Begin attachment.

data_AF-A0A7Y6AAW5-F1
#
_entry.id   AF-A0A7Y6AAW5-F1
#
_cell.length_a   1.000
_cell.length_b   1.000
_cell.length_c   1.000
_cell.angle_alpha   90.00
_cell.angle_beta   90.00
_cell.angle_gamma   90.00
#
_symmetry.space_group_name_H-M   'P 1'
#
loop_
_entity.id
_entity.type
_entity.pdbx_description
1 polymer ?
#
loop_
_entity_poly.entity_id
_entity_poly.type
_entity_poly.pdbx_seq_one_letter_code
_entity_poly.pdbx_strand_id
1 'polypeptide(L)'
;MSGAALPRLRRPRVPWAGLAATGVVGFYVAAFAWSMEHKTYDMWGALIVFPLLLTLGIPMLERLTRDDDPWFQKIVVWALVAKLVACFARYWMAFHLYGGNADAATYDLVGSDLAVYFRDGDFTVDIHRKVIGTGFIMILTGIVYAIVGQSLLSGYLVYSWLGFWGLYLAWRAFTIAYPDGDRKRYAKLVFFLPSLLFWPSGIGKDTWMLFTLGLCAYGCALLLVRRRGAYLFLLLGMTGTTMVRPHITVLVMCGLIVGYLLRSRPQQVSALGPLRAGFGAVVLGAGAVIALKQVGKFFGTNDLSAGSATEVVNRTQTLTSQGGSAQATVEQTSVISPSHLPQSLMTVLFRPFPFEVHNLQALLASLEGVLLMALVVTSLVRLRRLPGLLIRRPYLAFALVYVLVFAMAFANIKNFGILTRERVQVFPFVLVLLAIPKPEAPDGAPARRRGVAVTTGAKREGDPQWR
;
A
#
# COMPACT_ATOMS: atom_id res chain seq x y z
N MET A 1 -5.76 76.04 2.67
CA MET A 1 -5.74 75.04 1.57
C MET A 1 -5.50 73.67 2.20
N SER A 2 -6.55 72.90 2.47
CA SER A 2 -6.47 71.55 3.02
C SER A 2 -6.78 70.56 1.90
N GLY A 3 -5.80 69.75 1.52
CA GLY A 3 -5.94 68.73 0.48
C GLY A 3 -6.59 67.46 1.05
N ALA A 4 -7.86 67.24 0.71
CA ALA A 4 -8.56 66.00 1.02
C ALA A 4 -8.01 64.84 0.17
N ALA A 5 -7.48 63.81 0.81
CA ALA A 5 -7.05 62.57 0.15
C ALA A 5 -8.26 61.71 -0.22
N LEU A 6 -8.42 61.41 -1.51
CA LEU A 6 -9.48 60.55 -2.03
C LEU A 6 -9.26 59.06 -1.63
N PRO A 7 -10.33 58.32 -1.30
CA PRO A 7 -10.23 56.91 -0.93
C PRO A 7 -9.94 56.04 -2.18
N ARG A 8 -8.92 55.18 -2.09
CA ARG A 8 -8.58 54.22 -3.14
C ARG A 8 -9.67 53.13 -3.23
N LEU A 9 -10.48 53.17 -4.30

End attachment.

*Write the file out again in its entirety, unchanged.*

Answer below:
data_AF-A0A7Y6AAW5-F1
#
_entry.id   AF-A0A7Y6AAW5-F1
#
_cell.length_a   1.000
_cell.length_b   1.000
_cell.length_c   1.000
_cell.angle_alpha   90.00
_cell.angle_beta   90.00
_cell.angle_gamma   90.00
#
_symmetry.space_group_name_H-M   'P 1'
#
loop_
_entity.id
_entity.type
_entity.pdbx_description
1 polymer ?
#
loop_
_entity_poly.entity_id
_entity_poly.type
_entity_poly.pdbx_seq_one_letter_code
_entity_poly.pdbx_strand_id
1 'polypeptide(L)'
;MSGAALPRLRRPRVPWAGLAATGVVGFYVAAFAWSMEHKTYDMWGALIVFPLLLTLGIPMLERLTRDDDPWFQKIVVWALVAKLVACFARYWMAFHLYGGNADAATYDLVGSDLAVYFRDGDFTVDIHRKVIGTGFIMILTGIVYAIVGQSLLSGYLVYSWLGFWGLYLAWRAFTIAYPDGDRKRYAKLVFFLPSLLFWPSGIGKDTWMLFTLGLCAYGCALLLVRRRGAYLFLLLGMTGTTMVRPHITVLVMCGLIVGYLLRSRPQQVSALGPLRAGFGAVVLGAGAVIALKQVGKFFGTNDLSAGSATEVVNRTQTLTSQGGSAQATVEQTSVISPSHLPQSLMTVLFRPFPFEVHNLQALLASLEGVLLMALVVTSLVRLRRLPGLLIRRPYLAFALVYVLVFAMAFANIKNFGILTRERVQVFPFVLVLLAIPKPEAPDGAPARRRGVAVTTGAKREGDPQWR
;
A
#
# COMPACT_ATOMS: atom_id res chain seq x y z
N MET A 1 -5.76 76.04 2.67
CA MET A 1 -5.74 75.04 1.57
C MET A 1 -5.50 73.67 2.20
N SER A 2 -6.55 72.90 2.47
CA SER A 2 -6.47 71.55 3.02
C SER A 2 -6.78 70.56 1.90
N GLY A 3 -5.80 69.75 1.52
CA GLY A 3 -5.94 68.73 0.48
C GLY A 3 -6.59 67.46 1.05
N ALA A 4 -7.86 67.24 0.71
CA ALA A 4 -8.56 66.00 1.02
C ALA A 4 -8.01 64.84 0.17
N ALA A 5 -7.48 63.81 0.81
CA ALA A 5 -7.05 62.57 0.15
C ALA A 5 -8.26 61.71 -0.22
N LEU A 6 -8.42 61.41 -1.51
CA LEU A 6 -9.48 60.55 -2.03
C LEU A 6 -9.26 59.06 -1.63
N PRO A 7 -10.33 58.32 -1.30
CA PRO A 7 -10.23 56.91 -0.93
C PRO A 7 -9.94 56.04 -2.18
N ARG A 8 -8.92 55.18 -2.09
CA ARG A 8 -8.58 54.22 -3.14
C ARG A 8 -9.67 53.13 -3.23
N LEU A 9 -10.48 53.17 -4.30